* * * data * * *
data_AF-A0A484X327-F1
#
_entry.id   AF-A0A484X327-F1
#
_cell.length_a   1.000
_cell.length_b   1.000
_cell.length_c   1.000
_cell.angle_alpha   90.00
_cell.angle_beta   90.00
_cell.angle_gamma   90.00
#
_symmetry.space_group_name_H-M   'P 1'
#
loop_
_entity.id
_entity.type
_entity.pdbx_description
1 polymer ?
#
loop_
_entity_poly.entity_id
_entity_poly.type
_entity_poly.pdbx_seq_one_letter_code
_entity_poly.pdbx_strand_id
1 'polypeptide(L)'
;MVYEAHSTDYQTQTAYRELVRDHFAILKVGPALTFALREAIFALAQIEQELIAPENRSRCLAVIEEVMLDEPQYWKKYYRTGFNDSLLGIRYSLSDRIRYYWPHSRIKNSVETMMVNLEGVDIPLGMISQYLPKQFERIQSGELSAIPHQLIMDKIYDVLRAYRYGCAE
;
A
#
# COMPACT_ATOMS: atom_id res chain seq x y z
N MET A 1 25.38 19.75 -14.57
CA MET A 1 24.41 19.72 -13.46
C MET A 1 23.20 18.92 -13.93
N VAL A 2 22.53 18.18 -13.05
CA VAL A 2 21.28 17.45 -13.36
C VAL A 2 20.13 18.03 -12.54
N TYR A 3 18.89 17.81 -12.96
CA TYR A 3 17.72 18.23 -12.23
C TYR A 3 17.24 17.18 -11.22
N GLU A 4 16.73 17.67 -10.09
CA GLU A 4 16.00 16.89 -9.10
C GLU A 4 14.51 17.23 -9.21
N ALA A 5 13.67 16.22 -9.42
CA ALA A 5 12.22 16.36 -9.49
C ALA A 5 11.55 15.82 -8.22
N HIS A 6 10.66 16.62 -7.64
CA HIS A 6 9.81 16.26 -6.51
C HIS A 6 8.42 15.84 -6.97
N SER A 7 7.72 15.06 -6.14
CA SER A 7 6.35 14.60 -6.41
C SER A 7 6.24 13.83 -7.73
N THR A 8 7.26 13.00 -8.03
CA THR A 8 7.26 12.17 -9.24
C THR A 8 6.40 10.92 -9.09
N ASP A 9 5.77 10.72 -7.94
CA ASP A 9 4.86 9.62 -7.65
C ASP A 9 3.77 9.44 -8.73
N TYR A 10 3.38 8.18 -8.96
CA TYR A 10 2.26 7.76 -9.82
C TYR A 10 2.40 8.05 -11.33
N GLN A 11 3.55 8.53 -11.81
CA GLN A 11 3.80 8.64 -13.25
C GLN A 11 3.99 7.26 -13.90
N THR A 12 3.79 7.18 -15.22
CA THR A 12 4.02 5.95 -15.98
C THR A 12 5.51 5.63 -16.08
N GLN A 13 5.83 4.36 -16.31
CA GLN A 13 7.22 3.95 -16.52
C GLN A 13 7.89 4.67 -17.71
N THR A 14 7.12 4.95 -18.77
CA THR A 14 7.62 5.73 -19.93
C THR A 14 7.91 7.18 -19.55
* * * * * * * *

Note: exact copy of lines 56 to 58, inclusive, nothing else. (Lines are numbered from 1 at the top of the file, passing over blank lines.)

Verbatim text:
CA ASP A 9 4.86 9.62 -7.65
C ASP A 9 3.77 9.44 -8.73
N TYR A 10 3.38 8.18 -8.96